Rose’s perilous journey was just beginning. In 1989, she was in the belly of the dragon, in Tiananmen Square, along with thousands of students who peacefully demonstrated in name of democracy and freedom only to be slaughtered by the People’s Liberation Army (PLA)’s tanks in a massacre that shocked the world, whose memory is still with us.
An iconic photo portrays her on May 21, 1989, the day following the declaration of the Martial Law that precipitated events and brought to the carnage. She had led an all-night sit-in outside Zhongnanhai near the square, a former imperial garden in Beijing’s Imperial City, near the Forbidden City, that served as the central headquarters for the CCPand the State Council, the chief administrative authority of the People’s Republic of China. “One of the students I met that night,” Rose explains, “was shot by the PLA during the massacre. He was a science college student. His name is Wang Qiong. He was 19.”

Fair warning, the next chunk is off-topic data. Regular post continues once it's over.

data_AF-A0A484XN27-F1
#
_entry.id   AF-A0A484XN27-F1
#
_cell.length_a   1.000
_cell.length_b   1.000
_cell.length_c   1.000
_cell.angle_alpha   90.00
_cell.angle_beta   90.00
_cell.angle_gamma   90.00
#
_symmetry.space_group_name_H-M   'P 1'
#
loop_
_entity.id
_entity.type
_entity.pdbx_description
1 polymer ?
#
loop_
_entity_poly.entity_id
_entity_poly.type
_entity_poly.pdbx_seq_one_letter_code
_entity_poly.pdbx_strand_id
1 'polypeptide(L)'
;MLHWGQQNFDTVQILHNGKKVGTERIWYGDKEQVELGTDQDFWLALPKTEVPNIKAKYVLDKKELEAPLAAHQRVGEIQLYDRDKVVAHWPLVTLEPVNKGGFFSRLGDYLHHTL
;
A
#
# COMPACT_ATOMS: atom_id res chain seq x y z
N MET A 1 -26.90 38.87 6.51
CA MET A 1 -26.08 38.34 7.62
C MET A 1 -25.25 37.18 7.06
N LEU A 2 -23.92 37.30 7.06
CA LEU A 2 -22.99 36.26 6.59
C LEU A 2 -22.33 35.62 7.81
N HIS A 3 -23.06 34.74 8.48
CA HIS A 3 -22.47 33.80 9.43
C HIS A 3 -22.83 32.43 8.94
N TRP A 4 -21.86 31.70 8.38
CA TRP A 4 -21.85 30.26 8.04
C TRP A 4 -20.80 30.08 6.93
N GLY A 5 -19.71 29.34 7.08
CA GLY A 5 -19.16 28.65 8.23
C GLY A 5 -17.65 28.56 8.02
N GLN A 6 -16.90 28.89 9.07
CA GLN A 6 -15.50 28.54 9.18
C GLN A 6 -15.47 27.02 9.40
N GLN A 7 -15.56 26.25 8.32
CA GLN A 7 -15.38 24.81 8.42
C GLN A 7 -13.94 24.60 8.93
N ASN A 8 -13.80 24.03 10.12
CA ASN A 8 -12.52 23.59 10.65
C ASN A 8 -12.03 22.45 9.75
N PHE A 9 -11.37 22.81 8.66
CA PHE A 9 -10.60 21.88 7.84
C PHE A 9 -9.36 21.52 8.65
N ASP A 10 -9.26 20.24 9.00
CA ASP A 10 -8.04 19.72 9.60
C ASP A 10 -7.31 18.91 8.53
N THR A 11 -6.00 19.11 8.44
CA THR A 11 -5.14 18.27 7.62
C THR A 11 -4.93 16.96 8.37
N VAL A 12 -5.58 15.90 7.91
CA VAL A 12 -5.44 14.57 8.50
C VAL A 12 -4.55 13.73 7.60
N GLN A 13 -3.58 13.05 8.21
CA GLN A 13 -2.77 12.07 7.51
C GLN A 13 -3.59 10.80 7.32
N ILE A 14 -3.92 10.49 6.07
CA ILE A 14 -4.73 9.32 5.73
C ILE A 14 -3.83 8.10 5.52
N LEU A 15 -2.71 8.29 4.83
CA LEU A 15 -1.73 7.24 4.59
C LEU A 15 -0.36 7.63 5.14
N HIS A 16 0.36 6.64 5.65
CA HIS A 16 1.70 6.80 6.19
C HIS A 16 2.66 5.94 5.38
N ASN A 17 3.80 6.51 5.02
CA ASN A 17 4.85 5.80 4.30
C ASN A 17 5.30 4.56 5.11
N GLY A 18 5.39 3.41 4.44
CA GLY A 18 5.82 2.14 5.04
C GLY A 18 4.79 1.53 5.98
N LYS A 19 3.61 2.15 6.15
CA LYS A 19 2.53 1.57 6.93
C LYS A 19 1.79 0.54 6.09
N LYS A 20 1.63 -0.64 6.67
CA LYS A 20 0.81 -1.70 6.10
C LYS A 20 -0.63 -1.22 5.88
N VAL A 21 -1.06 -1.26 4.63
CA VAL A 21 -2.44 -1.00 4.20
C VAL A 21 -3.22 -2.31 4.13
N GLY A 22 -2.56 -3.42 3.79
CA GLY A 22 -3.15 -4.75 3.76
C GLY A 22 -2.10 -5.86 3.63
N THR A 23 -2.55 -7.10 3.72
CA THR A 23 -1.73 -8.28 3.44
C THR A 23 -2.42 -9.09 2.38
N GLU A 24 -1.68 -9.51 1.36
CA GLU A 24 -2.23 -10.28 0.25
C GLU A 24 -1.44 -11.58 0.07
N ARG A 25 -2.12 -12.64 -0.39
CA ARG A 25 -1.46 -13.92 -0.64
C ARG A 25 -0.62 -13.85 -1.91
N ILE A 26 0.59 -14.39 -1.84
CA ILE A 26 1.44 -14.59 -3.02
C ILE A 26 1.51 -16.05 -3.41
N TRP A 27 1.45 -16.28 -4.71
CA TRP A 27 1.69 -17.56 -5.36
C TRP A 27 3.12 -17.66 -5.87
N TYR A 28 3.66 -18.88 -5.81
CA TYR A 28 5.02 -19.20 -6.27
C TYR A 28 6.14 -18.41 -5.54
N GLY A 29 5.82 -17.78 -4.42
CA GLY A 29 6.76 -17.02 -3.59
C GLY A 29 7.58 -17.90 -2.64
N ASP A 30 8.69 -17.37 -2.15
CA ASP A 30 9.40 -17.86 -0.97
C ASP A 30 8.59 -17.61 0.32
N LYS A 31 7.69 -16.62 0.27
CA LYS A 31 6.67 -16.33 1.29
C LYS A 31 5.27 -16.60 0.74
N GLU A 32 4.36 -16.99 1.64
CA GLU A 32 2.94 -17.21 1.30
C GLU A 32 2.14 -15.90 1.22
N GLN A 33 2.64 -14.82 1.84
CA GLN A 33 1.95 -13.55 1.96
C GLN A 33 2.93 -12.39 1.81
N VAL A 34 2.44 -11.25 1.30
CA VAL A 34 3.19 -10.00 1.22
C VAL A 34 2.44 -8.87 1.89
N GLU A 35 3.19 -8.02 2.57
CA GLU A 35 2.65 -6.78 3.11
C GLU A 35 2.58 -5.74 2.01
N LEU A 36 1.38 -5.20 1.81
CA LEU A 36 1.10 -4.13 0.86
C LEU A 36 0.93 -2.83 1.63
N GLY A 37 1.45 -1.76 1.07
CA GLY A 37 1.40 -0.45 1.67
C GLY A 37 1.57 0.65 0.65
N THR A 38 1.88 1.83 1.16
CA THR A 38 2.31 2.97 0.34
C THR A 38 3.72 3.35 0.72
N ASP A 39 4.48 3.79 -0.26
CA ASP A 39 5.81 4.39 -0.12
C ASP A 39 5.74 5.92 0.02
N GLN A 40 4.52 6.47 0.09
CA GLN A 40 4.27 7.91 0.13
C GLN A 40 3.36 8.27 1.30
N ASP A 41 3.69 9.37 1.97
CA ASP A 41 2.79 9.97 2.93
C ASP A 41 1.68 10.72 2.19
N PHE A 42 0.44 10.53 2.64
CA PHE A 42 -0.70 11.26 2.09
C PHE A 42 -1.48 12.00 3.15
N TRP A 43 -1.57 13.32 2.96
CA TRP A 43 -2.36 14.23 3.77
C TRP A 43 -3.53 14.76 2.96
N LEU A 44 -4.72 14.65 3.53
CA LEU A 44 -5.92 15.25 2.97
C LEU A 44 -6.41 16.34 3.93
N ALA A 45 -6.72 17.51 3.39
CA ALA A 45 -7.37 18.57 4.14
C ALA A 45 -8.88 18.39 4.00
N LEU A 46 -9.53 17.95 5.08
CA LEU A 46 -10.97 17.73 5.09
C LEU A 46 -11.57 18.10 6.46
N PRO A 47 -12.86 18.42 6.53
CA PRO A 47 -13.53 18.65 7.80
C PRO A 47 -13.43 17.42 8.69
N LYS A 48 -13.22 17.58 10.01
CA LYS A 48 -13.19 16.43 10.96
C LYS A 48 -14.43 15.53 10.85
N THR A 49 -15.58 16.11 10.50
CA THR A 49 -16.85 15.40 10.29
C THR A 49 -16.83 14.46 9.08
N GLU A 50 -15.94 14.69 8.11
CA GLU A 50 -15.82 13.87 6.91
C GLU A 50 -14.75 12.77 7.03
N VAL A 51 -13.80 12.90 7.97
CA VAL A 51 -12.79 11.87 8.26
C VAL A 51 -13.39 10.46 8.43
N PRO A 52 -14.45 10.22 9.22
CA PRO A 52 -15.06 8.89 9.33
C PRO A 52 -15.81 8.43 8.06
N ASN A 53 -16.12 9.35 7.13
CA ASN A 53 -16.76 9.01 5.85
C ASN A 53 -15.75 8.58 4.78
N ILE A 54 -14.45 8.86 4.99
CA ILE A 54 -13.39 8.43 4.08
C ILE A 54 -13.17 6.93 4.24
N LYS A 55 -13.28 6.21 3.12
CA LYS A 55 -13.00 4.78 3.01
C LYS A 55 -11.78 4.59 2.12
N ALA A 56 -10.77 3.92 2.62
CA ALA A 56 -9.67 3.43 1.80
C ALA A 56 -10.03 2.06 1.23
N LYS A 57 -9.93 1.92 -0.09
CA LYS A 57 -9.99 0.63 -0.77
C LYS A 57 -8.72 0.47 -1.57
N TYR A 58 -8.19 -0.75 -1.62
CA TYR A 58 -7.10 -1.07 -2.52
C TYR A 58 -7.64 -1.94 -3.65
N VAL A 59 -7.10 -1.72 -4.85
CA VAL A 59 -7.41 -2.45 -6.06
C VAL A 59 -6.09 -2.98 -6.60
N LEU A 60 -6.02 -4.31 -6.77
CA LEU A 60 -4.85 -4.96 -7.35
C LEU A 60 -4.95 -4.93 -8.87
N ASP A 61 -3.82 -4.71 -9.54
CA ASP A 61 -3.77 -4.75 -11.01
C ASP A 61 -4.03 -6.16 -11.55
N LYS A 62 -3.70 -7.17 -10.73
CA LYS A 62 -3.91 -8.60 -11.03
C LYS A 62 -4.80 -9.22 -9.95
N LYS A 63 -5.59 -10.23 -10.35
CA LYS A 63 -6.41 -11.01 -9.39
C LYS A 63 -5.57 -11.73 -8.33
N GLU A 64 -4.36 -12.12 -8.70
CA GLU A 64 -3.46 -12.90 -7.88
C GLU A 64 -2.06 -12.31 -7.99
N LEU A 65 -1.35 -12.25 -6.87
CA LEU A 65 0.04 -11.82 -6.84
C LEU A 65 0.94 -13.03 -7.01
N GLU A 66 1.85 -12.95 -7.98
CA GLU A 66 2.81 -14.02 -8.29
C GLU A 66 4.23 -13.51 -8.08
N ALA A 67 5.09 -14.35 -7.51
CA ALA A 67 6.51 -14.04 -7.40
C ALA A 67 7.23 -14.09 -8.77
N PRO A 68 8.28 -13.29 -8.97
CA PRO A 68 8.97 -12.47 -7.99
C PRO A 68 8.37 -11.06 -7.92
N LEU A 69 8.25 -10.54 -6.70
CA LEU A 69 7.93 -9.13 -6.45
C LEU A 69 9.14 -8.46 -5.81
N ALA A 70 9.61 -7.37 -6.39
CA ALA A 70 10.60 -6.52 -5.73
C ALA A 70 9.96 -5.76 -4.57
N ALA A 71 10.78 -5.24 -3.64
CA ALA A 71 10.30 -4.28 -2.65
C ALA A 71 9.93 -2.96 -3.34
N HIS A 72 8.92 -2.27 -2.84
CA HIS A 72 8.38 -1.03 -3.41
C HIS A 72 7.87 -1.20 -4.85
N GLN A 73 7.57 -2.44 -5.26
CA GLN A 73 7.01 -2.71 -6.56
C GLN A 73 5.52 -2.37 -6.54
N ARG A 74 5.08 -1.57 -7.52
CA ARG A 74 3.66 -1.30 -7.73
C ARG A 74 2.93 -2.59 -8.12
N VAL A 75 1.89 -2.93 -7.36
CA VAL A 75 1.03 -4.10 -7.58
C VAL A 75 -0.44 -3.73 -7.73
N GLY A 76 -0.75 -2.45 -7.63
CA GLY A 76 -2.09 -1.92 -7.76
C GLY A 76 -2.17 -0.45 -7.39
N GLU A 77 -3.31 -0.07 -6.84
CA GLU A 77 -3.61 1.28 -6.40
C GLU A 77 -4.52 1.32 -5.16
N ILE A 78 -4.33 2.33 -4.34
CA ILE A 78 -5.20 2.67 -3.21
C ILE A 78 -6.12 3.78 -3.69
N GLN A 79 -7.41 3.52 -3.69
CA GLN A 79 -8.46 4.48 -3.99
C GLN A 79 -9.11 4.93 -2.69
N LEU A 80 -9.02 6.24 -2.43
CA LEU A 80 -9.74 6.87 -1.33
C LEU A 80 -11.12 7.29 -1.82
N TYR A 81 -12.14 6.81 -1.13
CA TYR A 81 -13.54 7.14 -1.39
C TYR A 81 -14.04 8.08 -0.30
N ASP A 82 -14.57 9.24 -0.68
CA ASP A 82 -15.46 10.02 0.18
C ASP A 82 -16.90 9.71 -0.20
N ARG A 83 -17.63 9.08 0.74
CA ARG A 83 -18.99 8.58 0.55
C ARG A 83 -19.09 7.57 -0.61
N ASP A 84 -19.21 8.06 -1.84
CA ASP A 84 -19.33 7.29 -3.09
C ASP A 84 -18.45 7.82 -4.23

A survivor from a nightmare, Tang now lives and performs in New York as musician, journalist, and activist, but she cannot forget. Her engagement for democracy and liberty in China is her way of honoring the memory of Tiananmen.